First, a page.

CHAPTER 4: Biosorption of Elements
Published:18 Jul 2013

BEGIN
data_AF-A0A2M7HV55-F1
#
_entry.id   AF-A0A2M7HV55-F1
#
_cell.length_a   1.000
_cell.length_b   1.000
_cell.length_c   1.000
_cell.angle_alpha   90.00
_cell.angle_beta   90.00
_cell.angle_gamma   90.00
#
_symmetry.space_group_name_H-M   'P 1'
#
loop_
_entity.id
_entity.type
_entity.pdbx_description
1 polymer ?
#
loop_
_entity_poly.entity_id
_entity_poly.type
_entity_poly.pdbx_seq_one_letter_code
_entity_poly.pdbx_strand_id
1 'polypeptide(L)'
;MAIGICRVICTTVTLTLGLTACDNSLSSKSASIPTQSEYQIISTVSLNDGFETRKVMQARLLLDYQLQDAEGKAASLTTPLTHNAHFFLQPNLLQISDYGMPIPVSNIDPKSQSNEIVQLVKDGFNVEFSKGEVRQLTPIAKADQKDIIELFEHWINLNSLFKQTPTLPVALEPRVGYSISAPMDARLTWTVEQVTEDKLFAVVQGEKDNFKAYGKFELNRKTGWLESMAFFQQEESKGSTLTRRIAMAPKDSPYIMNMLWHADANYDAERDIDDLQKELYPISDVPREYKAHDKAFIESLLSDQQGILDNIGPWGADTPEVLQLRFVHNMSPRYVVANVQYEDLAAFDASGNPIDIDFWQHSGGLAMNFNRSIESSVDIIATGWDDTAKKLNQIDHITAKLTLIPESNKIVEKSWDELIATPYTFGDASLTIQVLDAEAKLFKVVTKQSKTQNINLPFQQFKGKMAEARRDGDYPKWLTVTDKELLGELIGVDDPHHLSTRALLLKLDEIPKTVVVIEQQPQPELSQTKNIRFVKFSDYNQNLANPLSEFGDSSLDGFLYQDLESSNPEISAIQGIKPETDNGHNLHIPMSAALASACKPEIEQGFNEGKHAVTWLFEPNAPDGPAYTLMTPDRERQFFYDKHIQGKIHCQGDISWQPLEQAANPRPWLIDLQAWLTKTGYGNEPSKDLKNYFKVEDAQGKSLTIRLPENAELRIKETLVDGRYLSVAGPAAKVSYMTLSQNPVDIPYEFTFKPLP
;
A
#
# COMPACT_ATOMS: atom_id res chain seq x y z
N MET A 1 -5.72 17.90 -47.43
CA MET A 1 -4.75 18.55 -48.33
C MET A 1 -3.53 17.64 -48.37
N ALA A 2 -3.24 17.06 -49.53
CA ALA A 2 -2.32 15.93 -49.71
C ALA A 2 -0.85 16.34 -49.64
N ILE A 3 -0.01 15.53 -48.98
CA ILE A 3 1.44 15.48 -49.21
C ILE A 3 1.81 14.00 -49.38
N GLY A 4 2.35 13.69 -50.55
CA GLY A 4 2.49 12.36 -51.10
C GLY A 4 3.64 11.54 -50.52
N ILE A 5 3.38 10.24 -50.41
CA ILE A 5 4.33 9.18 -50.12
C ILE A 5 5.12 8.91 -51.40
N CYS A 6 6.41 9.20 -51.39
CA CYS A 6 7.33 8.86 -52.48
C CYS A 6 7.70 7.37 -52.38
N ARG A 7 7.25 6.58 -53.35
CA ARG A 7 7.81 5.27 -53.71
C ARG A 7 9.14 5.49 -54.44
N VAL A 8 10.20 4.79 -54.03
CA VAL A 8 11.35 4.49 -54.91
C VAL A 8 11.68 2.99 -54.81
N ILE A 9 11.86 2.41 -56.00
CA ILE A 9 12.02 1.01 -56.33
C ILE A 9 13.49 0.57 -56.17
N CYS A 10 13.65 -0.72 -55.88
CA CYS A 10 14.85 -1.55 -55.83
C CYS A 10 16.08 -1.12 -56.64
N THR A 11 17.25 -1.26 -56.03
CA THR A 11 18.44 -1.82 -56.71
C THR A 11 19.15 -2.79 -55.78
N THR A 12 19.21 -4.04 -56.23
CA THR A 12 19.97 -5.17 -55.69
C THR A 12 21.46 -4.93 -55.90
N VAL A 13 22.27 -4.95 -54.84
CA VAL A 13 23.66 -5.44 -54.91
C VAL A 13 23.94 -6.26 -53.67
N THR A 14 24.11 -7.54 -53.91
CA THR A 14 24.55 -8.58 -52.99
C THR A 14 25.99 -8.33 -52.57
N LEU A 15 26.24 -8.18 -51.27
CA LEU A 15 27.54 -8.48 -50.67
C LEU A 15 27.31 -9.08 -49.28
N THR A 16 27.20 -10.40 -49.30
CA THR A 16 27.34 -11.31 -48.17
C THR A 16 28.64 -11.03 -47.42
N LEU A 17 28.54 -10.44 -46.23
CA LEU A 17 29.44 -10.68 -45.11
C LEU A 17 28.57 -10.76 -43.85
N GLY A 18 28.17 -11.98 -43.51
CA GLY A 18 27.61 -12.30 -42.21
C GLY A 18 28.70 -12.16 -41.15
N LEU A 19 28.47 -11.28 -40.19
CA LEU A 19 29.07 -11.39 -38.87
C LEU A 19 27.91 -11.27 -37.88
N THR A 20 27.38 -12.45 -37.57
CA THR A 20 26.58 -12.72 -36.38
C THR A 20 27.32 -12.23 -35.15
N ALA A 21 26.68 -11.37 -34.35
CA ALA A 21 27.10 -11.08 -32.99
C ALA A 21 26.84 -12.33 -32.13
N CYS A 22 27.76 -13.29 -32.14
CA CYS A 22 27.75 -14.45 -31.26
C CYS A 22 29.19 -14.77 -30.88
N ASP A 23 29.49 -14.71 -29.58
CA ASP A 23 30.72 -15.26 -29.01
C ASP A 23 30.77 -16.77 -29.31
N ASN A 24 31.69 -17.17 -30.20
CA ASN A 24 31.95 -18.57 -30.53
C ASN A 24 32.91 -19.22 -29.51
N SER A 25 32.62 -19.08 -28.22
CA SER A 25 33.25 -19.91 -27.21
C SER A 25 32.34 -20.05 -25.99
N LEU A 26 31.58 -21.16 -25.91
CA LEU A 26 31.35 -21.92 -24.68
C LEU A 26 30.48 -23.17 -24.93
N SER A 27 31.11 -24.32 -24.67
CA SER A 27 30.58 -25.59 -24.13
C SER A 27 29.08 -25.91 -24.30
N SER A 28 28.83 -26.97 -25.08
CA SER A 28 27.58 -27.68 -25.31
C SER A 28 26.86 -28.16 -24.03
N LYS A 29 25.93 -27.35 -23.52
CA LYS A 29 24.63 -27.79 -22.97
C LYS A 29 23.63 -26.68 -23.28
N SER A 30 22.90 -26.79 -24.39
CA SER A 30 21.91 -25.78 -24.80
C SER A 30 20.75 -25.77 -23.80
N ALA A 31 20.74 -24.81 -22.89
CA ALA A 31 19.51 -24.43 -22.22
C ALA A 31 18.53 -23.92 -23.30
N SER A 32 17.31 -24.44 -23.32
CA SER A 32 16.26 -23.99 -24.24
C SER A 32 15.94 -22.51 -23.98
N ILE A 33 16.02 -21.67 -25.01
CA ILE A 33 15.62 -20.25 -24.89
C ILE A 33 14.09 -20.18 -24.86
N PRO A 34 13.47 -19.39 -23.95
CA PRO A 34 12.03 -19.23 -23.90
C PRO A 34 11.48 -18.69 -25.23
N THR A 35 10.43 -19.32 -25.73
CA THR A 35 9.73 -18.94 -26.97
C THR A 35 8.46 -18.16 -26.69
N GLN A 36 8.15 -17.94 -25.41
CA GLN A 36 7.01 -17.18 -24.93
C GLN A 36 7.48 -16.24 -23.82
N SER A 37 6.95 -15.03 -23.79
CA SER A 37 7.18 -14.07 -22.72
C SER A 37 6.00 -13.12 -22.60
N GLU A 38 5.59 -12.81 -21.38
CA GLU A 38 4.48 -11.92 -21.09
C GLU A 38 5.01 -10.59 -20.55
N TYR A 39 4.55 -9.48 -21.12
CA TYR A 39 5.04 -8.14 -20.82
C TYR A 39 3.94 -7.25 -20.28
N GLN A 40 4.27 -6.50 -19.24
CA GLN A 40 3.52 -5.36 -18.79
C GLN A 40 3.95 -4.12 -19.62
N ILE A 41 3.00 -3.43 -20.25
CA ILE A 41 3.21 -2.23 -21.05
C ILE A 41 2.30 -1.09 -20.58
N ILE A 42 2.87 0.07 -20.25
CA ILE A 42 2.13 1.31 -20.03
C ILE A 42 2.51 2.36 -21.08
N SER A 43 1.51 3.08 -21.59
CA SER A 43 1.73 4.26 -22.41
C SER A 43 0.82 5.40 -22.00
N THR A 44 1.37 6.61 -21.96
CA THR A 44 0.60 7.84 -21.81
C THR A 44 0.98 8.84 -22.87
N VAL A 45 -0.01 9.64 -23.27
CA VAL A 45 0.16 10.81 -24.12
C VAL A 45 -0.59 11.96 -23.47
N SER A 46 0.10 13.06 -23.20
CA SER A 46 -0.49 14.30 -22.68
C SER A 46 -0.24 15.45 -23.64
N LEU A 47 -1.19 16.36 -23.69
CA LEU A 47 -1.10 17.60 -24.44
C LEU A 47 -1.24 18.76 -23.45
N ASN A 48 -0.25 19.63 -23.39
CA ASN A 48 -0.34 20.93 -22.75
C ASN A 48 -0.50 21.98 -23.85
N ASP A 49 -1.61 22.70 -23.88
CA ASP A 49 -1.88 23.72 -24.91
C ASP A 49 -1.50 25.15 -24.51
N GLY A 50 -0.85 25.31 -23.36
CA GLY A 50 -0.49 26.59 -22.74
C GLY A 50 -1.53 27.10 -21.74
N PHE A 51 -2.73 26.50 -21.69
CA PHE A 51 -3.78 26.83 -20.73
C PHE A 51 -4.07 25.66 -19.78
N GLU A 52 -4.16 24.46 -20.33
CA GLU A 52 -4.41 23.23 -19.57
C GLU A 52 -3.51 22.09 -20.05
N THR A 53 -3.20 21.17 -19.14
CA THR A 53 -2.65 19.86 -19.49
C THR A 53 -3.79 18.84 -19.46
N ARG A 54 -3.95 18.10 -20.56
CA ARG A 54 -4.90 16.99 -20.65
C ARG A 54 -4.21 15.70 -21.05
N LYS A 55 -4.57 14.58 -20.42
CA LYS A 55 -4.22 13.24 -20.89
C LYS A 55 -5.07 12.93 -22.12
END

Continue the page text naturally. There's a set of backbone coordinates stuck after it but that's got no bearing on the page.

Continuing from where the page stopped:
Biosorption is a unique ability of living or dead biomass to interact with substances such as metals where reduction of sorbate concentration can be achieved. Thus, it has been widely proposed as a promising alternative for metal remediation and recovery owing to its low cost and sustainable “green” nature. Despite considerable biosorption‐related research performed in the past few decades, no significant commercial success has been achieved so far. This chapter starts with discussion of the basic science of biosorption and the potential of some selected biomasses such as yeast, algae, agro‐based waste and vermicompost to be used as biosorbent material. Following this, some important issues regarding the practical application of biosorption are highlighted, including the advantages and disadvantages of using dead or living biomass, the availability of biosorption reactors, immobilization techniques, metal recovery and post‐treatment of spent biosorbent. Lastly, current challenges that limit the commercial success of biosorption as well as the direction of future research are discussed.